The lead prosecutor in the case against Derek Chauvin, the former Minneapolis police officer sentenced to 22 and a half years in prison for murdering George Floyd, has asked the judge to modify his sentencing memo “to prevent potentially causing further harm by discounting the trauma suffered by” the four girls who witnessed Floyd’s murder.
In a letter dated Wednesday and made public Thursday, Minnesota Attorney General Keith Ellison wrote that “the State respectfully requests that the Court remove the suggestion that, because the children in this case were not forcibly held at the scene or otherwise prevented from leaving, an aggravating factor should not apply.”
“The State is deeply worried about the message sent by suggesting that instead of attempting to intervene in order to stop a crime — which children did in this case — children should simply walk away and ignore their moral compasses,” Ellison wrote. “Children should never be put in this position.”
He asked that two phrases referring to the children be removed from page 16 of the sentencing memo: “were free to leave the scene whenever they wished,” and “were never coerced or forced by him or any of the other officers to remain a captive presence at the scene.”
At the request of prosecutors, Hennepin County District Judge Peter Cahill considered four aggravating factors in determining Chauvin’s sentence. Cahill decided that only two of them merited consideration in his sentencing guidelines: that Chauvin abused his position of trust and authority as a police officer when he restrained Floyd, and that he treated Floyd with particular cruelty. But he did not agree that the presence of children on the scene and that the participation of other officers were grounds for a longer sentence.
In the sentencing memo, Cahill said the presence of children on the scene, including a 9-year-old girl and her 17-year-old cousin whose cellphone video of Floyd’s arrest brought international attention to his death, did not factor into Chauvin’s punishment because the affect on them was not “so substantial and compelling” as to warrant it, a determination that drew criticism from some legal and trauma experts.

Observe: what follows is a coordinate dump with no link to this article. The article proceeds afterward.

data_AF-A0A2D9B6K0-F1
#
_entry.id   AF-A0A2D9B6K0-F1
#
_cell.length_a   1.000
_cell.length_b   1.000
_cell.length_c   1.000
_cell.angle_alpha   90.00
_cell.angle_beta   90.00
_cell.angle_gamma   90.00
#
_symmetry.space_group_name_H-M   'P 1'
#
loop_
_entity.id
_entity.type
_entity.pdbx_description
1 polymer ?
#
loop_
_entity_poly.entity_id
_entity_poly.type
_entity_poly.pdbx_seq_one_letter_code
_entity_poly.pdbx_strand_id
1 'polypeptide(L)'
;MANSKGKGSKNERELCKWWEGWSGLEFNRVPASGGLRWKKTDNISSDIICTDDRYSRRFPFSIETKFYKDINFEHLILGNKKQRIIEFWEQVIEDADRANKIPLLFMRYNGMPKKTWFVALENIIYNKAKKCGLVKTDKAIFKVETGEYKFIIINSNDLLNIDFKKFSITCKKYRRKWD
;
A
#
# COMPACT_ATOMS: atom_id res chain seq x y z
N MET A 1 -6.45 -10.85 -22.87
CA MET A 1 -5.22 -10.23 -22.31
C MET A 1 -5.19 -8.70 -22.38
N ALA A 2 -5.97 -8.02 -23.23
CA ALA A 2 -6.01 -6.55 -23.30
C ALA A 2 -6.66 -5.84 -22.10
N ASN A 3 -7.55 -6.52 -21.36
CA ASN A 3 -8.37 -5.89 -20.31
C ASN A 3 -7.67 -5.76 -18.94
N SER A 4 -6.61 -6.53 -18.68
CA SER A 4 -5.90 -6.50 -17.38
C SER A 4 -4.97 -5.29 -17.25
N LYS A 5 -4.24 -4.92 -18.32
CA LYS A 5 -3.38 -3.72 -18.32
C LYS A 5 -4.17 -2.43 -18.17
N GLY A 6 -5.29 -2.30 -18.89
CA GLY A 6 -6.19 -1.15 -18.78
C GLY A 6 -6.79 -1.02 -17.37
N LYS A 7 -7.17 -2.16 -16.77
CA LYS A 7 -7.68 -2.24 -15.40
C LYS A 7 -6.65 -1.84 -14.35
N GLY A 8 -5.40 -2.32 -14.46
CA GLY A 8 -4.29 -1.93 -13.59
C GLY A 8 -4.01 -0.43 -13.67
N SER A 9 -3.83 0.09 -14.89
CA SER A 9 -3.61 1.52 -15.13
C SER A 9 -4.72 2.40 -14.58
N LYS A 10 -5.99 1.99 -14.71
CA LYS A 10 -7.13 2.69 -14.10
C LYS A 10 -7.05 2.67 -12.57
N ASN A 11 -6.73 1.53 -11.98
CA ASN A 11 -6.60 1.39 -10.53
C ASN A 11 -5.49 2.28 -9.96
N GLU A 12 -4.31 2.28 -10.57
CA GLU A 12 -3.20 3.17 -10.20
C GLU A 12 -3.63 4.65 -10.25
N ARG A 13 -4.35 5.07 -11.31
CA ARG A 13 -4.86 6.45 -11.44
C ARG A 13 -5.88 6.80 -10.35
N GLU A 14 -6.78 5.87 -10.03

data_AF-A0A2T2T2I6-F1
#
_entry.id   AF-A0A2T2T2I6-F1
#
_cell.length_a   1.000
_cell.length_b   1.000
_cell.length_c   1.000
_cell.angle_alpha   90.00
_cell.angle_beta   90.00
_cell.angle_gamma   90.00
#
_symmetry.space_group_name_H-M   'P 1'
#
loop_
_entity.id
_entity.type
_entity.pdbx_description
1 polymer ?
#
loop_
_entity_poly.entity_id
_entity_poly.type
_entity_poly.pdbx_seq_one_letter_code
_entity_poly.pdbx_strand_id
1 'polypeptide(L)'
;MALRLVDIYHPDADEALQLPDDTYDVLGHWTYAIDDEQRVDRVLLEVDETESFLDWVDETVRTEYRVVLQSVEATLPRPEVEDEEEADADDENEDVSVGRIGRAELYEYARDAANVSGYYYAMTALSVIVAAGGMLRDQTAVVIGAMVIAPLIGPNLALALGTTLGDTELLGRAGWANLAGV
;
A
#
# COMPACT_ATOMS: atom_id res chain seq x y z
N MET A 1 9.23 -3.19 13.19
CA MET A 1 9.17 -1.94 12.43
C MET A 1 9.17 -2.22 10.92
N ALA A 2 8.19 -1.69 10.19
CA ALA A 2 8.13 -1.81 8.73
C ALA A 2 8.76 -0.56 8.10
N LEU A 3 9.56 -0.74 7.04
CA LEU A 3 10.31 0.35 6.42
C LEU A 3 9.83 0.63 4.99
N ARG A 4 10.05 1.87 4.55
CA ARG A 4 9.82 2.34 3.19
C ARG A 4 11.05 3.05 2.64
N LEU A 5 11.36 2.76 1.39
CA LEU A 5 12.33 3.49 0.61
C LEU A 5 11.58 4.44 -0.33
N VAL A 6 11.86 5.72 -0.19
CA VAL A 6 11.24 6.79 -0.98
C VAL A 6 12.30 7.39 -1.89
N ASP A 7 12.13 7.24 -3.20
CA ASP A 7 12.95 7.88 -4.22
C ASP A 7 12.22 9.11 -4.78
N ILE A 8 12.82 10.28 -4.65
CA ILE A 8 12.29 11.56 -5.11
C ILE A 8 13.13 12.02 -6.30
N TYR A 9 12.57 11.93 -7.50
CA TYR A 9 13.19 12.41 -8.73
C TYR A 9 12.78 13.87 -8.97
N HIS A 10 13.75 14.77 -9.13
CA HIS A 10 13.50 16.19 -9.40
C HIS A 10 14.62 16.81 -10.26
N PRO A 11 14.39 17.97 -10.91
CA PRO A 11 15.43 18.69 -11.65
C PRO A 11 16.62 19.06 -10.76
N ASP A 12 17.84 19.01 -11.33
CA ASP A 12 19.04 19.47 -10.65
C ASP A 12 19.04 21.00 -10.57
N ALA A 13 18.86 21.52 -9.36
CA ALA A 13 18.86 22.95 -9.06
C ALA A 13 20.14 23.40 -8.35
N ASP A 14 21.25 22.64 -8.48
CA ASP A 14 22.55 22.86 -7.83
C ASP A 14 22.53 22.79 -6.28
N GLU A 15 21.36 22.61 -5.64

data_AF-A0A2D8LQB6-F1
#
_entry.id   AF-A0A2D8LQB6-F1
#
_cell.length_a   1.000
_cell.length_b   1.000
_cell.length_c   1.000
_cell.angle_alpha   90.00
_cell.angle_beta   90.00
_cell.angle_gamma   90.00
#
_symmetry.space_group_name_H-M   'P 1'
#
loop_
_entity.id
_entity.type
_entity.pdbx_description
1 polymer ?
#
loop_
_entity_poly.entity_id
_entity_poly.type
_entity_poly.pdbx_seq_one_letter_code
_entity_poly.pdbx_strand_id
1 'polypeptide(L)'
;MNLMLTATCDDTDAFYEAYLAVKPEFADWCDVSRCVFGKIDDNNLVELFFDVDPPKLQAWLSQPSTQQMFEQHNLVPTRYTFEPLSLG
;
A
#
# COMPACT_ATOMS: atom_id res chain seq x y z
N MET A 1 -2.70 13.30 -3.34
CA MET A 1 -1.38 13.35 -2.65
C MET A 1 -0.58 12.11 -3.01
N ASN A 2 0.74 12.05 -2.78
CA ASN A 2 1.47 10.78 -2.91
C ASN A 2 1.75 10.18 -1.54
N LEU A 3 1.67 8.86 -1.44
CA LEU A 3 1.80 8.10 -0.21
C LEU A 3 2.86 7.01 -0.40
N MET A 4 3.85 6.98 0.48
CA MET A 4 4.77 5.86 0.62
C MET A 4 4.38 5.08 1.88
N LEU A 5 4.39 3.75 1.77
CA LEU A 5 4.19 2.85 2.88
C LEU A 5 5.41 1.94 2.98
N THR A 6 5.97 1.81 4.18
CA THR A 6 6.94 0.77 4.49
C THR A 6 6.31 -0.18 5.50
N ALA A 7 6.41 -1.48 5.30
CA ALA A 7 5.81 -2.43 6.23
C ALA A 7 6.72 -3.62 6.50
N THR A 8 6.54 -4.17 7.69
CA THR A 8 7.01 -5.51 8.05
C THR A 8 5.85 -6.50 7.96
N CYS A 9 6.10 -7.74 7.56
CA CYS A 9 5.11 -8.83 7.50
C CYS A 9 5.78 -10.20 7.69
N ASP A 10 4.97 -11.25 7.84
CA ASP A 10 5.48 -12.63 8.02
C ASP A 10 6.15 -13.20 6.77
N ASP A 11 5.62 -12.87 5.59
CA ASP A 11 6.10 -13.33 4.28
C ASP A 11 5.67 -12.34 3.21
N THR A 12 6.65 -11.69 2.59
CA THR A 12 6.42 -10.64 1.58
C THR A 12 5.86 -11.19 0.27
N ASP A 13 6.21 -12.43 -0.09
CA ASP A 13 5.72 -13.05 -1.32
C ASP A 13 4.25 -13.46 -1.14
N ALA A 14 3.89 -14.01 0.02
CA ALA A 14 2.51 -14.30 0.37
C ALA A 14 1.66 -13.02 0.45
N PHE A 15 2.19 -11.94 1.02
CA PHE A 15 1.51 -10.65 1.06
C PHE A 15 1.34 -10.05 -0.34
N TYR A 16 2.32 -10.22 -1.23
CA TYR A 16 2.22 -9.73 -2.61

Cahill wrote that he observed three children, including Darnella Frazier, who recorded the widely seen video of Floyd, her 9-year-old cousin and Alyssa Funari, who was also 17 at the time, “smiling and occasionally even laughing” in a video from the body camera of one of the officers at the scene.
“Although the state contends that all four of these young women were traumatized by witnessing this incident, the evidence at trial did not present an objective indicia of trauma,” Cahill wrote in the sentencing memo.
Ellison objected to the judge’s opinions in his letter Wednesday, writing that “the Court should specifically remove its reference to the children’s demeanor” because “children process trauma in sometimes counterintuitive ways, their physical demeanor is not a useful indicator of whether those children have experienced trauma.”
He cited a report from the American Psychological Association. Additionally, Ellison wrote, “a growing body of research suggests that observers discount the experiences of young Black girls.”
At least two of the children who witnessed Floyd’s death are Black.
Ellison quoted a report from the Center on Poverty and Equality at Georgetown Law that states that as early as age 5, “Black girls were more likely to be viewed as behaving and seeming older than their stated age . . . and more likely to take on adult roles and responsibilities than what would have been expected for their age.”